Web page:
Contest For Grandparents: Bottling Up Memories

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A letter from a grandmother to her three grandchildren. On times spent together. On bottling up precious memories like perfume.

My dear Aditi, Akhil and Janavi,

You know the best period of my life? That was when you were all less than 6 years old. That’s when we lived together. The relationship saw only one aspect, unconditional love. Yes. No strings attached. The first steps you took, the first words you uttered…are all etched in my mind. Not so much with little Janu, who was thousands of miles away, yet the moments are well preserved in my memory bank.

Aditi, you were special because of two facts: you were the first grandchild and more importantly, you were a girl, after two boys born to me. You remember what girls are, don’t you? Sugar and spice… You were not only born on Teacher’s Day, but behaved like one after you started attending playschool. And who do you think was your most obedient student? Me! Who else? You called me Rapunzel, because I had long, white hair. One day, when you were around five, you asked me to make you a promise. Usually, I would have jumped and said ‘yes,’ but I asked you what you wanted me to promise. You told me, ‘Pati, promise you won’t die!’ Even now tears well up in my eyes. Then I gave you a long lesson on the beginning and end of everything, plants, animals and humans, and how they cannot live forever. I don’t know how much your little mind accepted what I said. You did not argue. But, a few years later, you asked me for the same promise. Then I told you, ‘Baby, we have already gone through this, haven’t we?’ You told me, ‘Ok, then you live till I become a grandmother, and both of us will die together!’ Do you remember that? It’s a treasure in my chest.

Akhil, you were special because all children and grandchildren are! You are the only great grandson for the entire family! You were very soft and gentle, unlike the usual boys who are what? Frogs and snails…! Aditi, you and I slept together and every night it used to be story time. Then there were also a few small shlokas that I made you recite. One was to prevent bad dreams! I am sure you would not buy that now, would you?

You had a young friend called Yash, another three or four-year-old. He was diagnosed with Leukaemia. We were all upset. Then I told you, ‘Pray for him every night, God will listen to the prayers of small children.’ So one more shloka was added to the others. One night, you were very sleepy, and in your little sleepy voice you asked me, ‘Pati, can I just say Yash’s shloka today and sleep?’ Yet another treasure in my chest. (Yash got well. Your caring for someone at that tender age made you even more special.)

With Little Janu, a 10th grader now

With Little Janu, a 10th grader now

Little Janu, you are not just special, you are very, very special. You are God’s special gift. You were a beautiful child, now you are a young lady, in the 10th grade, doing pretty well in your studies. With a little help from your wonderful parents, you have reached great heights. You sing beautifully, you write beautifully, you are a very pretty and wonderful child. My only sorrow is that I am not able to spend as much time with you as I would like to. You are the third treasure in my chest.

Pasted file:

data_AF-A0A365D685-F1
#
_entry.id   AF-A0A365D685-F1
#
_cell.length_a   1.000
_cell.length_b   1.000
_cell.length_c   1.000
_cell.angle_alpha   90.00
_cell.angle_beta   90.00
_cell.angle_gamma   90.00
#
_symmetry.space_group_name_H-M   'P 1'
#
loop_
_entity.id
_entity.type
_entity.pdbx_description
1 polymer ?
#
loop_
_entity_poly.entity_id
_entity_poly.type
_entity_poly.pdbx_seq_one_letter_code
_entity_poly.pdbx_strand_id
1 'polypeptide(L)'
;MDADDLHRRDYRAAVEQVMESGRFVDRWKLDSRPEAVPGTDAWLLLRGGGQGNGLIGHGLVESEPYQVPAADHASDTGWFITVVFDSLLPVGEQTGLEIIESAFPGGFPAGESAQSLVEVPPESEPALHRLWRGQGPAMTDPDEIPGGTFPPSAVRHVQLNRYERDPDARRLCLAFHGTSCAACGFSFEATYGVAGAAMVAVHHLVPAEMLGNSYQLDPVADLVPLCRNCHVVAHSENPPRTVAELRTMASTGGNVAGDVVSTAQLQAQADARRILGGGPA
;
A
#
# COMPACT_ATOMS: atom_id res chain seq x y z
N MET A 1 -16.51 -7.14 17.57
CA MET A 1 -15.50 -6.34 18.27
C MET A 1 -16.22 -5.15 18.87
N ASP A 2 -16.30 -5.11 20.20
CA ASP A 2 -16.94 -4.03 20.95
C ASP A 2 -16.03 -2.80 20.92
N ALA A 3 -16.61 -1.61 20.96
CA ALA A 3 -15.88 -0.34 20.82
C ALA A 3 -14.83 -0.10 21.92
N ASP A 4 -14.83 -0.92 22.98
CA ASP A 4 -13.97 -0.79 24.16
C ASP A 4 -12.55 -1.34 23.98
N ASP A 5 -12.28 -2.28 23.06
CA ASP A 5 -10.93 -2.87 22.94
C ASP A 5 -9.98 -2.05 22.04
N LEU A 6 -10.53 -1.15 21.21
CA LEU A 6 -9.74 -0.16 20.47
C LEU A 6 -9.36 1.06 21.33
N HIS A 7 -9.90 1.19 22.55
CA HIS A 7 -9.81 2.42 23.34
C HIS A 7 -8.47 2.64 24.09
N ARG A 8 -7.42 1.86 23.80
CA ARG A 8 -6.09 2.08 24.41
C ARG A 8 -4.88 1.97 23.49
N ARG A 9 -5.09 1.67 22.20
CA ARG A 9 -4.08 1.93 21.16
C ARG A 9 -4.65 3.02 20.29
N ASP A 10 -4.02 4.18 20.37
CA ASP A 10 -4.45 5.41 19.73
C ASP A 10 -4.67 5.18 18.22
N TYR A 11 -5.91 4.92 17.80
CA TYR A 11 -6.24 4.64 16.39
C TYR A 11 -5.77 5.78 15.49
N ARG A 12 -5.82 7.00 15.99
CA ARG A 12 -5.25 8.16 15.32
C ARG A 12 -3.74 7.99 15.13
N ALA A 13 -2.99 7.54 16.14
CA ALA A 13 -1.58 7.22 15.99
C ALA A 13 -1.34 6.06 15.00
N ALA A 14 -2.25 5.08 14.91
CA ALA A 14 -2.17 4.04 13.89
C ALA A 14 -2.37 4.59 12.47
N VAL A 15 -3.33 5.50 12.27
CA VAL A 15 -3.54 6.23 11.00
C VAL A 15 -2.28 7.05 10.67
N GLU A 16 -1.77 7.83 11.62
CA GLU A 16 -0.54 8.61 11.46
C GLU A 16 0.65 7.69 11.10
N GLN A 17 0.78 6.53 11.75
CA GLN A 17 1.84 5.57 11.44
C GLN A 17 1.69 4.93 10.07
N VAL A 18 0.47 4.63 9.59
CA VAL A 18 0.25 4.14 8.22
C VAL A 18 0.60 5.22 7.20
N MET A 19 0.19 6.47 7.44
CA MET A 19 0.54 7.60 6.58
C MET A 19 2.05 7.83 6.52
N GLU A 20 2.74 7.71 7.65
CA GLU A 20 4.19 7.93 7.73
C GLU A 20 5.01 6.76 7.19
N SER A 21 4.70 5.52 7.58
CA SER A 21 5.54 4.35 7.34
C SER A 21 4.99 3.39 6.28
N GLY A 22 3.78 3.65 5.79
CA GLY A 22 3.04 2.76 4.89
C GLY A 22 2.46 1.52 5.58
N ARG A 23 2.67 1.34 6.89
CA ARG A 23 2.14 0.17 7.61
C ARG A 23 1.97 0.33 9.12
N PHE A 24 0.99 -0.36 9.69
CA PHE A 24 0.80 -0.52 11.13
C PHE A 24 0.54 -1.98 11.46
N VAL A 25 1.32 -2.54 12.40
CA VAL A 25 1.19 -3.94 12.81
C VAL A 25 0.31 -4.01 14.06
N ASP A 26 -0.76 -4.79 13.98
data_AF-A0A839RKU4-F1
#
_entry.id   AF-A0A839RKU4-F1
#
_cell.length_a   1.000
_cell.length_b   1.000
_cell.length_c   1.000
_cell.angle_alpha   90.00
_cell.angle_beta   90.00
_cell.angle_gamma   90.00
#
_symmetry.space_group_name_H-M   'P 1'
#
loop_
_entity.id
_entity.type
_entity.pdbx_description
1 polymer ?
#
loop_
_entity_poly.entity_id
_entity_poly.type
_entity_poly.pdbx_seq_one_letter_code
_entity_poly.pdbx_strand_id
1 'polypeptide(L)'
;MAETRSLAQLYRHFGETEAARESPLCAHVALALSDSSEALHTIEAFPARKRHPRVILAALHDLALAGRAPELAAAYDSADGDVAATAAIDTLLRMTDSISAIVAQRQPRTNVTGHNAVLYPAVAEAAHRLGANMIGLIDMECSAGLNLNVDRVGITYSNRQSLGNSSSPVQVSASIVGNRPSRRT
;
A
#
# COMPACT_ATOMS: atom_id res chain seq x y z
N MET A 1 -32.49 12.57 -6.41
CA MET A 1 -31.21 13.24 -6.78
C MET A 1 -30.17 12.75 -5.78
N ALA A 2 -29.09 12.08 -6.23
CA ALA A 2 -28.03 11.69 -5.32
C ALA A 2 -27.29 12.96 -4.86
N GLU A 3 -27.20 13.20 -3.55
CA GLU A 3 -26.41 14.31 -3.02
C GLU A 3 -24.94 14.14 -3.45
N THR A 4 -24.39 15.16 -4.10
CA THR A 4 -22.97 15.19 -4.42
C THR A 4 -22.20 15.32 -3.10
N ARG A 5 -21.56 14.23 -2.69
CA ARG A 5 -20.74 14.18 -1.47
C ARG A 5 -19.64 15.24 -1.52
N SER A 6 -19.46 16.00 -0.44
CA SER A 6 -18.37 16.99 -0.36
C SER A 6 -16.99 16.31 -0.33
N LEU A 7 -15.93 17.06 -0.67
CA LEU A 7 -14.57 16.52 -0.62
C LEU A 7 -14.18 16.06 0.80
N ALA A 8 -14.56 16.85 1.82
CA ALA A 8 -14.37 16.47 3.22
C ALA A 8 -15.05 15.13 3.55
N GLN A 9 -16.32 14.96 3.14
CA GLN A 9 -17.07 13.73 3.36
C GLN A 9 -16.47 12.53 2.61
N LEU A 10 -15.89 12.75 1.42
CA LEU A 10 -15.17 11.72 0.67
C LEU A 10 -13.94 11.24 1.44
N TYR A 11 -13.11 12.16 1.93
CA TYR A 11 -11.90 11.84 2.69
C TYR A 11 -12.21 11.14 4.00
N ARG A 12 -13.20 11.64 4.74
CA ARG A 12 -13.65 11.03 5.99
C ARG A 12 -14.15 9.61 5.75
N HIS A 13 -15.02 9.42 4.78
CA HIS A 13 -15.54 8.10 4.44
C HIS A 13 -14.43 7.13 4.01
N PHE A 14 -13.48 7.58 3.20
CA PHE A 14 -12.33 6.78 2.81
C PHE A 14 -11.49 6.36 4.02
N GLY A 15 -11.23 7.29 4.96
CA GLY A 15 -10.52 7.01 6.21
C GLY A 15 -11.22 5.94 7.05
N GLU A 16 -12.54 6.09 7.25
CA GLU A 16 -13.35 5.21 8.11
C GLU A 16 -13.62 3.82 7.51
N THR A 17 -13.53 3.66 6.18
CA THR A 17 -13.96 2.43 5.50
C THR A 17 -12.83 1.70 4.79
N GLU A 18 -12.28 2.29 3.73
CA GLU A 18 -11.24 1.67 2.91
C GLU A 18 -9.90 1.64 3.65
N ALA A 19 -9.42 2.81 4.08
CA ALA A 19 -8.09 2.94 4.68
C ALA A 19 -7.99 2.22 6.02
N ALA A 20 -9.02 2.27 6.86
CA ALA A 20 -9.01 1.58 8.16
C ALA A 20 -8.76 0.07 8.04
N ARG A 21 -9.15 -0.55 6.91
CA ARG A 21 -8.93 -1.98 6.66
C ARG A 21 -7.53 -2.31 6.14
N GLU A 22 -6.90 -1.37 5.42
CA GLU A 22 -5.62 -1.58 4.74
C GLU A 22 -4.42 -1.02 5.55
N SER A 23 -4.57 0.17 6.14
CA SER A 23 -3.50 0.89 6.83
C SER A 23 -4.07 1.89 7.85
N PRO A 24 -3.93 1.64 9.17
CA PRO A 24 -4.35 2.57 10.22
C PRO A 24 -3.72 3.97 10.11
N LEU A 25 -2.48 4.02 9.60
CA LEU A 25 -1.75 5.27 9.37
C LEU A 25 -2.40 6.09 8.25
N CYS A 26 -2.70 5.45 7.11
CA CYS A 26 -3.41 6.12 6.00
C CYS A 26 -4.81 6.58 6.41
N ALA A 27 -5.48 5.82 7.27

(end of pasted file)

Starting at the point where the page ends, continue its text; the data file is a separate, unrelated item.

Today, circumstances have changed, and I am away from my grandchildren.

Were my children less special to me? No way. But when they were young, there was a lot more of responsibilities and duties for us. Taking care of parents and parents-in-law, juggling housework and office work, balancing income and expenditure. There was no time to really enjoy my children. But when you were kids and we were all together, I had nothing to do but enjoy your company. Your parents took care of all the chores. So, I could play with you, sleep with you, share my childhood memories with you. Now, the young have their own ideas of what they can do, what they have to do, what they want to do and what they don’t want to do. Joint families are very rare. People, old and young, want their space. Mostly, people do not like to compromise or adjust to another generation. This applies to both the old and the young. The tragedy is that both find fault with the other.

These days, children are being advised to bond with their grandparents. That would be wonderful. But at the same time, children should be made to understand that both their parents and grandparents can make mistakes. These can be explained to them kindly and a peaceful atmosphere can be assured.

I miss you all. I do meet you and spend short times with you, but I get back to my own space. I have my wonderful memories though, which time and distance cannot take away from me. Like Rebecca, I have bottled up all my precious moments like perfume.

I can always open the lid and relive those moments.
Be good citizens of the world, my precious ones.

All my love,

Featured image: Nalini with Aditi and Akhil, now 20 & 17.

About Author

Nalini J

Nalini J is 76, grandmother to three children and a member of Nightingales Elders Enrichment Centre, Bangalore. She lives on her own after the demise of her husband and loves reading, writing, music and travel. She loves meeting people and believes in enjoying life. She thinks God gave grandparents grand children so that they could have spring in autumn!